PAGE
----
“How Would You Know?”

Luke 24:13-31, April 26th, 2020 – 10 AM

Sermon by Pastor Tim Woodard


 

“Hear now this incredible account from the gospel according to Luke, chapter twenty-four, verses thirteen thru thirty-one.”

Luke 24:13-49

13 Now on that same day two of them were going to a village called Emmaus, about seven miles from Jerusalem, 14 and talking with each other about all these things that had happened.  15 While they were talking and discussing, Jesus himself came near and went with them, 16 but their eyes were kept from recognizing him.  17 And he said to them, “What are you discussing with each other while you walk along?” They stood still, looking sad.  18 Then one of them, whose name was Cleopas, answered him, “Are you the only stranger in Jerusalem who does not know the things that have taken place there in these days?”  19 He asked them, “What things?”  They replied, “The things about Jesus of Nazareth, who was a prophet mighty in deed and word before God and all the people, 20 and how our chief priests and leaders handed him over to be condemned to death and crucified him.  21 But we had hoped that he was the one to redeem Israel. Yes, and besides all this, it is now the third day since these things took place.  22 Moreover, some women of our group astounded us. They were at the tomb early this morning, 23 and when they did not find his body there, they came back and told us that they had indeed seen a vision of angels who said that he was alive.  24 Some of those who were with us went to the tomb and found it just as the women had said; but they did not see him.”  25 Then he said to them, “Oh, how foolish you are, and how slow of heart to believe all that the prophets have declared!  26 Was it not necessary that the Messiah should suffer these things and then enter into his glory?”  27 Then beginning with Moses and all the prophets, he interpreted to them the things about himself in all the scriptures.  28 As they came near the village to which they were going, he walked ahead as if he were going on.  29 But they urged him strongly, saying, “Stay with us, because it is almost evening and the day is now nearly over.”  So he went in to stay with them.  30 When he was at the table with them, he took bread, blessed and broke it, and gave it to them.  31 Then their eyes were opened, and they recognized him; and he vanished from their sight.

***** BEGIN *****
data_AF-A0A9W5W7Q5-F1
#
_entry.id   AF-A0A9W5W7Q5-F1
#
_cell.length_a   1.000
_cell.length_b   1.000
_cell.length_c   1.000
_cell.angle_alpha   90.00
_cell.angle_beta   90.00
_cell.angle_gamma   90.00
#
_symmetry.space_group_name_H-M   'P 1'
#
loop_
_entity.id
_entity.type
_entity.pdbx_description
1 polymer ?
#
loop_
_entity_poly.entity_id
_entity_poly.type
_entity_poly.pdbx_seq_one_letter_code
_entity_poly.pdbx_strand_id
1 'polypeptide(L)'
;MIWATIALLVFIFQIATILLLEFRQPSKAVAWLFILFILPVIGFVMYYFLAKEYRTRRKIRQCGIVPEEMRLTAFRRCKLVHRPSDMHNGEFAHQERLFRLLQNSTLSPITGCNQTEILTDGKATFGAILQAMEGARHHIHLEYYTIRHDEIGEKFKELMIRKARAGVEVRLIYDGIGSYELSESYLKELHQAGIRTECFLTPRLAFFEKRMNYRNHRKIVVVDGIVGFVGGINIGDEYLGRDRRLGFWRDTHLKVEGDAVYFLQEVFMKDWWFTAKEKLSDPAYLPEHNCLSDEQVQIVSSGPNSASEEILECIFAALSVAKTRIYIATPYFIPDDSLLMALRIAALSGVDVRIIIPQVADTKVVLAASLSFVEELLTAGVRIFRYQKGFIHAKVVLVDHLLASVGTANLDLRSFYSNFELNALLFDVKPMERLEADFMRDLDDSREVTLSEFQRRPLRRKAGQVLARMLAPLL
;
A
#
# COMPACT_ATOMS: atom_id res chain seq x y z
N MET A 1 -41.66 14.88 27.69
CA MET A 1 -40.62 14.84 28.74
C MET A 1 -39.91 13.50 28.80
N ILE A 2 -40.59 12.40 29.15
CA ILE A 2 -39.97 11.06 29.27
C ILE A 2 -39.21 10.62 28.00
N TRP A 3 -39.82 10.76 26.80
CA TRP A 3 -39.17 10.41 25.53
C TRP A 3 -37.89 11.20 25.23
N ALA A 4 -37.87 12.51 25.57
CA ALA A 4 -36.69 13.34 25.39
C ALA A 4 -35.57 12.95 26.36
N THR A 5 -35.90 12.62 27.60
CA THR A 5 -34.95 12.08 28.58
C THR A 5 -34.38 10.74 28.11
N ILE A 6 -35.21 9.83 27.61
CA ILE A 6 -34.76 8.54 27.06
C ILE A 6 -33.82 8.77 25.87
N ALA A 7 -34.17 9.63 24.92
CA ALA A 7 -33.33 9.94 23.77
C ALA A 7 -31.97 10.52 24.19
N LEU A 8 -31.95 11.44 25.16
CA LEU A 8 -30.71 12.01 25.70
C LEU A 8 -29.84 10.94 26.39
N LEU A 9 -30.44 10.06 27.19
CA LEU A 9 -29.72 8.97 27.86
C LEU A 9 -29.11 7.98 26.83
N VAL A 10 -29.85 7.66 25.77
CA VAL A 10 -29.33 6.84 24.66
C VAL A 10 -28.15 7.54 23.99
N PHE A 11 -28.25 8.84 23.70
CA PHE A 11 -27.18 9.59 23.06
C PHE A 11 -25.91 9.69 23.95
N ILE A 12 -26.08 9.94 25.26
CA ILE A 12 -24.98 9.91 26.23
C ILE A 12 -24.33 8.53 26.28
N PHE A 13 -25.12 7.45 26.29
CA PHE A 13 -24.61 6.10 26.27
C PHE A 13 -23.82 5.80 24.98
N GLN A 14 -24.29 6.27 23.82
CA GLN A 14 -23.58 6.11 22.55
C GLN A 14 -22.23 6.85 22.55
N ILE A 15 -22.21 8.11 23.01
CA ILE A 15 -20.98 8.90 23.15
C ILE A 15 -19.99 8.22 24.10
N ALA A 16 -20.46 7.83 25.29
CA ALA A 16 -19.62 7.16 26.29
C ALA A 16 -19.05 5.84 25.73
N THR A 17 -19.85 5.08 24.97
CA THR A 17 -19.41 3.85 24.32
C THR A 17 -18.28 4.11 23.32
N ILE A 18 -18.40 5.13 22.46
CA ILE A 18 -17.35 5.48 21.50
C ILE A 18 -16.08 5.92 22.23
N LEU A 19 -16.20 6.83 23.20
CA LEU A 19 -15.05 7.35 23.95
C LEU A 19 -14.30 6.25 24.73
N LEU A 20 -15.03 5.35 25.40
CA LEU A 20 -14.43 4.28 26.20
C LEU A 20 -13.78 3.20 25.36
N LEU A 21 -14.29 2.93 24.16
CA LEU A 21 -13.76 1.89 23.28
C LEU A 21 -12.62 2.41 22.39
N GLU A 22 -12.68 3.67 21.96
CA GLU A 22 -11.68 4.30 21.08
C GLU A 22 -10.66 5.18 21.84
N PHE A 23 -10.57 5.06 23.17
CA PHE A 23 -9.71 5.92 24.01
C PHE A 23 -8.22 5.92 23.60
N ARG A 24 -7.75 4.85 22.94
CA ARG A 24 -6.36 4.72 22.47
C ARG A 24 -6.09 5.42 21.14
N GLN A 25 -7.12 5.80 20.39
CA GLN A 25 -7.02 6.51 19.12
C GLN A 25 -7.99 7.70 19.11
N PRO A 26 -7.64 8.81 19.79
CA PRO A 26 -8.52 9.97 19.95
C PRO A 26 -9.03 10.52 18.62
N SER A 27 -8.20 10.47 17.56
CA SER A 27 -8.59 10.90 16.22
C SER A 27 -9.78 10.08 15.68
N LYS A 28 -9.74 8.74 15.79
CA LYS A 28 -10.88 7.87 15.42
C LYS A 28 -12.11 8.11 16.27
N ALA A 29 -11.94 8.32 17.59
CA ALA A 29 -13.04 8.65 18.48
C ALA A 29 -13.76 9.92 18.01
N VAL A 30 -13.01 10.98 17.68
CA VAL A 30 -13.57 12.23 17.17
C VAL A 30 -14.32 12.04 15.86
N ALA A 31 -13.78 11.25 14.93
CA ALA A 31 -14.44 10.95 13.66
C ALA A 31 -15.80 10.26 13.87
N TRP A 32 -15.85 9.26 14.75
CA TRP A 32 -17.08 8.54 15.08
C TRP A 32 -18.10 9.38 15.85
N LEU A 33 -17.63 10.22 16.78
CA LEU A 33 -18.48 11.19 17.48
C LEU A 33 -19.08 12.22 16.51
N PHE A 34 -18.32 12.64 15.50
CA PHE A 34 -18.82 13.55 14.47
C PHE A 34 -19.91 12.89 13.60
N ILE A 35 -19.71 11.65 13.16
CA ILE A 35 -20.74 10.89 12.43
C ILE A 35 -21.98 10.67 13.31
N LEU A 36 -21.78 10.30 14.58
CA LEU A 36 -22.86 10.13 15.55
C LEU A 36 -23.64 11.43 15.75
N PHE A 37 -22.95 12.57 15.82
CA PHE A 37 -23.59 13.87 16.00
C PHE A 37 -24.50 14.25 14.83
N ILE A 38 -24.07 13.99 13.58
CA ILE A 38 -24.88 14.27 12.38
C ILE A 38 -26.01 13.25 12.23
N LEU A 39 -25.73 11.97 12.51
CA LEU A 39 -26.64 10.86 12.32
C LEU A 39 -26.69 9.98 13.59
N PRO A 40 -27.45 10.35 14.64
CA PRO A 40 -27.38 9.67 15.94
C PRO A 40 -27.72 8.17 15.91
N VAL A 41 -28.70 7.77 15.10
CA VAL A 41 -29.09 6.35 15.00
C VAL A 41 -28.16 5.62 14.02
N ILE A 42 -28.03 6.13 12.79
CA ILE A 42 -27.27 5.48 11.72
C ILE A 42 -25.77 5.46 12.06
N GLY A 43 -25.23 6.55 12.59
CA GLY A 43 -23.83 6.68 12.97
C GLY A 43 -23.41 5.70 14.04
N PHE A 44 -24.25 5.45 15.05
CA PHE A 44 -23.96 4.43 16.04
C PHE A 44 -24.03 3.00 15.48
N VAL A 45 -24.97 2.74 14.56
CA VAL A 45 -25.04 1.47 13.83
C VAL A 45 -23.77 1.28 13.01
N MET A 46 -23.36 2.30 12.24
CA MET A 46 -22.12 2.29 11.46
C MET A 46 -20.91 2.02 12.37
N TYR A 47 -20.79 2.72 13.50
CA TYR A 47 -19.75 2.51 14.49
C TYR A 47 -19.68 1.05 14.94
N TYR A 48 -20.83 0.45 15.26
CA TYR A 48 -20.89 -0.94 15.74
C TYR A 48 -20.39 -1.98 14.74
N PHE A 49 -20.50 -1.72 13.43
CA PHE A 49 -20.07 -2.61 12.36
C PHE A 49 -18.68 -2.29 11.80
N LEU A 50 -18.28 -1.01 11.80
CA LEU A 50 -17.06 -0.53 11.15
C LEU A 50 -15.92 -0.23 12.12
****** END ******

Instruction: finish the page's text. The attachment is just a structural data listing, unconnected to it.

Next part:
“Having listened to these ancient words, let us now consider how we see God as we walk the journey of Life.”

 

“How Would You Know?”